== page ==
Study Objective: This narrative review discusses the anatomy, mechanism of action, techniques, indications and complications of the pericapsular nerve group block in a hip surgery setting.
Interventions: The MEDLINE, EMBASE and Google Scholar databases (inception to the first week of March 2023) were searched. For anatomy, mechanism of action, techniques, and complications, cadaveric research, randomized trials, retrospective studies and case series were considered. Nonetheless, for surgery indications, to highlight the best evidence available, only randomized trials without major discrepancies with their prospective registration, blinded assessment and sample size justification were retained for analysis.
Main Results: The anatomical studies suggest that pericapsular nerve group block may work through a combination of different mechanisms (i.e., blocking lateral capsule nerves, local anesthetic spread to the femoral nerve, spread towards medial capsule nerves). Compared to alternatives, except for the periarticular local anesthetic infiltration, pericapsular nerves group block results in similar or improved postoperative analgesia in total hip arthroplasty. It should be noted that the motor blockade has not been completely circumvented and the scarcity of adequate studies on other surgical procedures prevents from obtaining further conclusions about its indications.
Conclusions: The pericapsular nerve group block has become very popular after its first description as an analgesic motor-sparing technique for hip fractures. However, without an absolute motor-sparing effect, its current indication is better supported in postoperative analgesia for total hip arthroplasty. Therefore, further investigation is required to find the optimal motor-sparing analgesic block for hip surgery.DOI: 10.29245/2768-5365/2023/2.1141 View / Download Pdf
Treatment of Pain Revisited ‐ The argument against too rapid resort to narcotic analgesics in Emergency Departments in Australia
Introduction: Pain is a common neurological complaint with many patients already taking narcotic analgesics at presentation to the neurologist. This paper examines an approach to pain management aimed to avoid narcotic analgesics.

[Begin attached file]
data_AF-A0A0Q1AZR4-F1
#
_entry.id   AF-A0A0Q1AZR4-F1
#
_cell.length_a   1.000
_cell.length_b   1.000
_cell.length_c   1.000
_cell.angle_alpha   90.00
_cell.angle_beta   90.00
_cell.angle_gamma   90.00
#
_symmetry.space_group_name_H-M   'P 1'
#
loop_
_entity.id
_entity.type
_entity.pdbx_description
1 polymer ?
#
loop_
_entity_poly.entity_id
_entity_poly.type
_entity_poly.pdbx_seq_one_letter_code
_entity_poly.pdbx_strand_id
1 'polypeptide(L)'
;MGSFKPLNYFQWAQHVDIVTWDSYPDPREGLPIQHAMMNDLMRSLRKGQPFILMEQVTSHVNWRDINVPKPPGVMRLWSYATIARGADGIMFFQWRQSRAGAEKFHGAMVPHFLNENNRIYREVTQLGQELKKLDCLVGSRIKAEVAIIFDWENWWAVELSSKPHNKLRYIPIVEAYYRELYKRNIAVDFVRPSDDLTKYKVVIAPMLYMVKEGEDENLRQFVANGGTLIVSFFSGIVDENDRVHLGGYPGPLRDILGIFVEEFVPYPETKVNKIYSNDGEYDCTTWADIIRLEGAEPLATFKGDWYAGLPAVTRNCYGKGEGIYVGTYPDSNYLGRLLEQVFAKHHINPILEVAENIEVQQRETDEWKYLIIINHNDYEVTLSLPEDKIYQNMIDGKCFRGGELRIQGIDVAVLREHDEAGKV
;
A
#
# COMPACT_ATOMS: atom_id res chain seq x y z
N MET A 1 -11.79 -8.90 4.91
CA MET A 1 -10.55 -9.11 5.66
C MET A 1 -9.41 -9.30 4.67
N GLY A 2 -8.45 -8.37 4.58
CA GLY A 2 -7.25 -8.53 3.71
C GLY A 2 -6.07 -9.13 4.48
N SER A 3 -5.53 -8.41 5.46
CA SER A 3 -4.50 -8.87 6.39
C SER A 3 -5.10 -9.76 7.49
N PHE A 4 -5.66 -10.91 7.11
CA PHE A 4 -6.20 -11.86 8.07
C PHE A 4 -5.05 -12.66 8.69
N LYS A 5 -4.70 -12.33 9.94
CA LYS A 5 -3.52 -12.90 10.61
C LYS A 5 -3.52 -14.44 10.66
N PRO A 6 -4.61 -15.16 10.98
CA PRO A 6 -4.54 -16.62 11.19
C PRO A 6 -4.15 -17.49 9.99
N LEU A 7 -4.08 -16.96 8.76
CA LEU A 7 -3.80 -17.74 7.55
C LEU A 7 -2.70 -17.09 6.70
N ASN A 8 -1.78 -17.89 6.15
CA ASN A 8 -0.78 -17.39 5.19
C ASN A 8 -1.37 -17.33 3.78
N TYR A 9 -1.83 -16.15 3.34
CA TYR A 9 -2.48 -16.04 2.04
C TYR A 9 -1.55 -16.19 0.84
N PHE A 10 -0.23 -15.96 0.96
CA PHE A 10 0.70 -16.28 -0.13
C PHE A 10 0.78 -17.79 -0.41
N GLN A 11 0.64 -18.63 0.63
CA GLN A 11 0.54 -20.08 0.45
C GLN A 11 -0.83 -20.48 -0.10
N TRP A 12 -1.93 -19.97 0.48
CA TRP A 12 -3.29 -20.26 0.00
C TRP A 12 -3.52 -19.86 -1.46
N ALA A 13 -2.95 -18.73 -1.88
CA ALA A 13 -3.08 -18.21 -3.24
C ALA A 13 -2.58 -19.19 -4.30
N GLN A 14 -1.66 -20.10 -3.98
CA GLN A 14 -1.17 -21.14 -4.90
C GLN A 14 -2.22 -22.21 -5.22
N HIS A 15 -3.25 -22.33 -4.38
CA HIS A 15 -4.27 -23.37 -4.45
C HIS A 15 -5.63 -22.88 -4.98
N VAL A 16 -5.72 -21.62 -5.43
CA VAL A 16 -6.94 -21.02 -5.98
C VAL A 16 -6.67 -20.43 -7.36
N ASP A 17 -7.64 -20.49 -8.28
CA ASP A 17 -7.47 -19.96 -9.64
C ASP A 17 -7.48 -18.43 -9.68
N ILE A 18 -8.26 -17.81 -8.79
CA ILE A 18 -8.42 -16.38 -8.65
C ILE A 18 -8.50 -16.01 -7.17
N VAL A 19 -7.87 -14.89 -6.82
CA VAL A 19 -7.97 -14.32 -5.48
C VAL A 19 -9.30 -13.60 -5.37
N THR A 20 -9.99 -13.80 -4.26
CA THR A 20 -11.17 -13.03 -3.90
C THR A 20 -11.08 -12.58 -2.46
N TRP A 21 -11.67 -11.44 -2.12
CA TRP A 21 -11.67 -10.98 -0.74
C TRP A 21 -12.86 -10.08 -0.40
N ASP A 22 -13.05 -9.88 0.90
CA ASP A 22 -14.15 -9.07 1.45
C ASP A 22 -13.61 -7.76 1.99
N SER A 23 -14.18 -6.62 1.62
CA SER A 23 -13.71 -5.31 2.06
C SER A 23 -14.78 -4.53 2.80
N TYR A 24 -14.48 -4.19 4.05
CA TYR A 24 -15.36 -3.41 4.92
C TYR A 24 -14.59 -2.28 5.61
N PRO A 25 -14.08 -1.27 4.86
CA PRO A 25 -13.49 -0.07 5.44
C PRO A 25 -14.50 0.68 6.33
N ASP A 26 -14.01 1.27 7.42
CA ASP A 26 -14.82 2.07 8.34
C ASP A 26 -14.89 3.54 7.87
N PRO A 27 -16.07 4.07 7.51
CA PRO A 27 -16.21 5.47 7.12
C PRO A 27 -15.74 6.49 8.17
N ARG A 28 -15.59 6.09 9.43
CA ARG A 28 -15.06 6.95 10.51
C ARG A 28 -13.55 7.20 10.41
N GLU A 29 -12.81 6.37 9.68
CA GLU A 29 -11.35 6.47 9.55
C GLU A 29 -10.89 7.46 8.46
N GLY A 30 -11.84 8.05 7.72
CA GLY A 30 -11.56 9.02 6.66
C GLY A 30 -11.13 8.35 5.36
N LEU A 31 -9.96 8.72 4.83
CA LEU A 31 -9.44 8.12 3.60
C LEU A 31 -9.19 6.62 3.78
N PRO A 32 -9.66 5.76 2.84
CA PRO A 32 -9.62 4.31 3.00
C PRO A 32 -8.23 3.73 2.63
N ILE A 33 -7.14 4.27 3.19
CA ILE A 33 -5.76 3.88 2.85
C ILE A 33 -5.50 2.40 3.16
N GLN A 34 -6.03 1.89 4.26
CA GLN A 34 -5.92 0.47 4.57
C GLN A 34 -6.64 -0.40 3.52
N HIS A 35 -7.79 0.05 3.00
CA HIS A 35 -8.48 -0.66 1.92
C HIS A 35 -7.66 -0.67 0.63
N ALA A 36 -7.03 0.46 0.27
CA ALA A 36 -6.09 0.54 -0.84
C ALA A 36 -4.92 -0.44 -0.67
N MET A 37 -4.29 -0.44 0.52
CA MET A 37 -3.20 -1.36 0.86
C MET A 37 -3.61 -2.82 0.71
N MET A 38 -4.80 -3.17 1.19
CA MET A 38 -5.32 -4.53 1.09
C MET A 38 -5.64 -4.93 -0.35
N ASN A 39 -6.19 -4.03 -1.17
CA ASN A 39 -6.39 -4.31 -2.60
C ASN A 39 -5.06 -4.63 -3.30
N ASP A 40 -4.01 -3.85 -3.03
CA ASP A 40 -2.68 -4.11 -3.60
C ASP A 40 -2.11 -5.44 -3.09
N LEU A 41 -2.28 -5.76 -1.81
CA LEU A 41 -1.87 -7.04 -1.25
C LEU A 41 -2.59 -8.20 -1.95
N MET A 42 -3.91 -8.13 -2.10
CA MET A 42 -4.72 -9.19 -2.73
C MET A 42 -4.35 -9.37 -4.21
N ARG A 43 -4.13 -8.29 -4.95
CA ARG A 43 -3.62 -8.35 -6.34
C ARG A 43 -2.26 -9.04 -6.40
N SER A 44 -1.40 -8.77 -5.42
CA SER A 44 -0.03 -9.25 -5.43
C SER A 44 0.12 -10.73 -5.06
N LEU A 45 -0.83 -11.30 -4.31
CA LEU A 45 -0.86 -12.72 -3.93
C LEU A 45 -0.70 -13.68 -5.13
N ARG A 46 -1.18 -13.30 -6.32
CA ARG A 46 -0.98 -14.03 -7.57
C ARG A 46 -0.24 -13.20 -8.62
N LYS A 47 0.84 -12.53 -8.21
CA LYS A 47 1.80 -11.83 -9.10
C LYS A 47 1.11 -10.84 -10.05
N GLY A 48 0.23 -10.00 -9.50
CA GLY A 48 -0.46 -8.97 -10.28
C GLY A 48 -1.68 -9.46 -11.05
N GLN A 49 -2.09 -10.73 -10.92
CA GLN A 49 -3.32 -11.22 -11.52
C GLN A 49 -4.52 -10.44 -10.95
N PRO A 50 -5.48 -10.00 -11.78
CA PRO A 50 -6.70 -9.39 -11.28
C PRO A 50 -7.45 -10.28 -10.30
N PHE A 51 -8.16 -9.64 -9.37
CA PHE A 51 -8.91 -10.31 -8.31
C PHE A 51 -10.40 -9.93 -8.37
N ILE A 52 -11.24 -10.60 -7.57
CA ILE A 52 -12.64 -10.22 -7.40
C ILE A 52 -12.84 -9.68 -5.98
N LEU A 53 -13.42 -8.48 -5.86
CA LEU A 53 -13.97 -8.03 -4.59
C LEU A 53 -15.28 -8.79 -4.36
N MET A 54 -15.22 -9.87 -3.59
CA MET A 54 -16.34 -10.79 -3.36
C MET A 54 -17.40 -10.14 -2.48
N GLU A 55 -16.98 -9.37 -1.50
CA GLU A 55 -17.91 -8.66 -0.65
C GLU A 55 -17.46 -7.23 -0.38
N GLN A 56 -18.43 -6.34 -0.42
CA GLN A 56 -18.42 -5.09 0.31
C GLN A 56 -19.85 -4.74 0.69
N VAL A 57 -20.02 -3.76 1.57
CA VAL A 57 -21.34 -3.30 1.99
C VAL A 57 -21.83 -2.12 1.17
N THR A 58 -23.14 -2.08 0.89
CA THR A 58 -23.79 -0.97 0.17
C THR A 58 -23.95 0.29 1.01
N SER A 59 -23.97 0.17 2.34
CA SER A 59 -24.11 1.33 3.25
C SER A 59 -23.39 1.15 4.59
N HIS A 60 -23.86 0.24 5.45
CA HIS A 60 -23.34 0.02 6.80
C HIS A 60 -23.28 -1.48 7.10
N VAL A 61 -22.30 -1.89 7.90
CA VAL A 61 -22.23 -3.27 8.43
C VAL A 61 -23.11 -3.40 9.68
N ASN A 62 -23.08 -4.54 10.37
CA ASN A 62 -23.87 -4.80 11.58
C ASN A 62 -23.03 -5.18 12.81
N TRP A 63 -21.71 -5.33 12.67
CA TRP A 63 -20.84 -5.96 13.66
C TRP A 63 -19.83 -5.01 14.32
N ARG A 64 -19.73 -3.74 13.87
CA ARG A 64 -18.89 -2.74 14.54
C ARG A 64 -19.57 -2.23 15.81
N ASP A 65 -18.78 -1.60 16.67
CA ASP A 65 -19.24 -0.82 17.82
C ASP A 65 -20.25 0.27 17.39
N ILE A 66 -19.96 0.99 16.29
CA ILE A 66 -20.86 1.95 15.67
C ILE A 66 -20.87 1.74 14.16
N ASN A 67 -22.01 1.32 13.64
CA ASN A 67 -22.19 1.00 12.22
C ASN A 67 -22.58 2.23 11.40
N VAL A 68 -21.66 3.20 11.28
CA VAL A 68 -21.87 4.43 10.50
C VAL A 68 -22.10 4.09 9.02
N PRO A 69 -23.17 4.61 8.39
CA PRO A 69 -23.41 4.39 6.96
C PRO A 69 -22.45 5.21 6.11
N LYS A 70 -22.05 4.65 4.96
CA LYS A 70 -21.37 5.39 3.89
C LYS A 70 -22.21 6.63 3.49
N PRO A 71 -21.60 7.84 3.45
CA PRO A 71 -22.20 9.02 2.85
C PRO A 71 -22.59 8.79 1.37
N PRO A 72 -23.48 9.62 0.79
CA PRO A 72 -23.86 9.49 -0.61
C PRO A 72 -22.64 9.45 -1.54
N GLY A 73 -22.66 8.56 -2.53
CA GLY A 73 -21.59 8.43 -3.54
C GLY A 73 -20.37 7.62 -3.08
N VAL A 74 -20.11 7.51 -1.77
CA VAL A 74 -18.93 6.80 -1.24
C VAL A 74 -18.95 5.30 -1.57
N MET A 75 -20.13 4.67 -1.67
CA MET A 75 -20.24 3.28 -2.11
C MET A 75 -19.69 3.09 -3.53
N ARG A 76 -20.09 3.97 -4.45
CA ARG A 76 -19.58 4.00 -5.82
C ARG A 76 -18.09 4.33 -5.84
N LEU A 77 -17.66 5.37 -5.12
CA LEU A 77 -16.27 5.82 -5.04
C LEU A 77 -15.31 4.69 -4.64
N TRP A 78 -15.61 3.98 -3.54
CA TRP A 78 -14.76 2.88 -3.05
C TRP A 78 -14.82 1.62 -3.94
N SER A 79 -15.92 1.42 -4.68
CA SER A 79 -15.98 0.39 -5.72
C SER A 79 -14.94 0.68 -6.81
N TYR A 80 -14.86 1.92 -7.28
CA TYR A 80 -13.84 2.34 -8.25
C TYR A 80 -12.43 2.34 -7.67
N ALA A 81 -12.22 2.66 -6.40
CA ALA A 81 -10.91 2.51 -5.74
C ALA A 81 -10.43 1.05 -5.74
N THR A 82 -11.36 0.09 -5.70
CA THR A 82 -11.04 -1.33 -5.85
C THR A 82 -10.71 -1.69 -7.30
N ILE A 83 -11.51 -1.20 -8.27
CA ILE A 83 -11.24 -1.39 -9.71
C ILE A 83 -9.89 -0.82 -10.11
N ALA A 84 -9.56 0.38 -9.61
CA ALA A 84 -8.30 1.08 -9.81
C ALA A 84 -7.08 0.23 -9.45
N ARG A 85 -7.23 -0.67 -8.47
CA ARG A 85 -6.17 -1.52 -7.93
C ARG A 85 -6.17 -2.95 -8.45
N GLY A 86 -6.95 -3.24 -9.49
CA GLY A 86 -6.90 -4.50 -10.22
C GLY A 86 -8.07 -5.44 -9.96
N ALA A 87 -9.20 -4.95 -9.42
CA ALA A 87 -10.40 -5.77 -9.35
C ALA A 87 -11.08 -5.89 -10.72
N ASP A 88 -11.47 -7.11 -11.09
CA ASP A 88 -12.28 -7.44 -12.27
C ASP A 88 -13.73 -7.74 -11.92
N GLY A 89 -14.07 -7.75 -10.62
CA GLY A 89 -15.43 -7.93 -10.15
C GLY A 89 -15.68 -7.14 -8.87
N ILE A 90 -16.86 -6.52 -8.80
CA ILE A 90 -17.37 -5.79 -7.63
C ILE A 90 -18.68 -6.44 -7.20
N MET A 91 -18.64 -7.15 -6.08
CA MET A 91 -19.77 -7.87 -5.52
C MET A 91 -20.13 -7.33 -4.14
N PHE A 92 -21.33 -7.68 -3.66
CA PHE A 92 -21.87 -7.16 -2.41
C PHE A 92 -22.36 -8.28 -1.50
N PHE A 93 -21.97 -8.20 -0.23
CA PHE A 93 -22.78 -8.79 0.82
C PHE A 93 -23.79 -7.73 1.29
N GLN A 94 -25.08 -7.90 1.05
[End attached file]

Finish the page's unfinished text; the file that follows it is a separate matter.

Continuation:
Clinical Practice: Pain is subjective and may be considered as either acute or chronic pain, differentiated between pain provoking avoidance or pain without benefit. Pain management is determined by the underlying diagnosis and clinical status.
Use of Narcotic Analgesics: Narcotic analgesics have the potential for abuse and pose public health risks. Abuse has increased among street and recreational drug users. The Australian Government restricted access to combination codeine containing medications, requiring a prescription and medical supervision.
Discussion: While there exist specific pain syndromes, the use of narcotic analgesics should be judicious. Their use should be restricted to refractory pain but should not exclude their legitimate use, once alternative remediation has been exhausted and entails medical supervision.
Conclusion: Narcotic analgesics should not be the first line treatment for pain, with initial approach directed towards diagnosis and treating the underlying cause. Once refractory chronic pain has been established, narcotic analgesics should be available under medical supervision, acknowledging the risk of overuse and addiction.DOI: 10.29245/2768-5365/2023/2.1142 View / Download Pdf
Three Cases of Local Anesthetic Systemic Toxicity following regional infiltration analgesia: The need for prompt recognition and treatment
Introduction: The diagnosis and management of systemic toxicity in patients following regional infiltration analgesia is of paramount importance. While the mechanism and risk factors have been elucidated in previous studies, we believe that due to the potentially life-threatening nature of this rare occurrence, a greater focus on diagnostic precision and management enhancements is warranted.
Cases: Here, we describe three cases of LAST, the first in a 59 year old female following elective L4-L5 laminectomy and L5-S1 fusion, who suffered a cardiac arrest after receiving local Exparel and Marcaine at the time of closure; the second in a 69 year old woman following a rib block using local Exparel and Marcaine for the management of multiple rib fractures, who had a witnessed tonic-clonic seizure requiring intubation. The third patient is an 80-year-old male, who after an elective L4-L5 laminectomy and fusion, suffered a cardiac arrest after receiving local anesthetic (Exparel and Marcaine) at the time of closure. All patients were treated with intralipids and eventually recovered with no lasting deficits.
Conclusion: LAST events most commonly occur in the first minutes after injection, and are characterized by CNS and cardiovascular toxicities, as seen in these patients. Delayed presentations up to several days post exposure have been described. These cases exposed the opportunity for education in early recognition and most important, the need to improve the availability of intralipids. Prompt recognition and access to intralipid is critical to the treatment of LAST, and education regarding this rare but life-threatening condition is needed in surgical and trauma centers.DOI: 10.29245/2768-5365/2023/2.1144 View / Download Pdf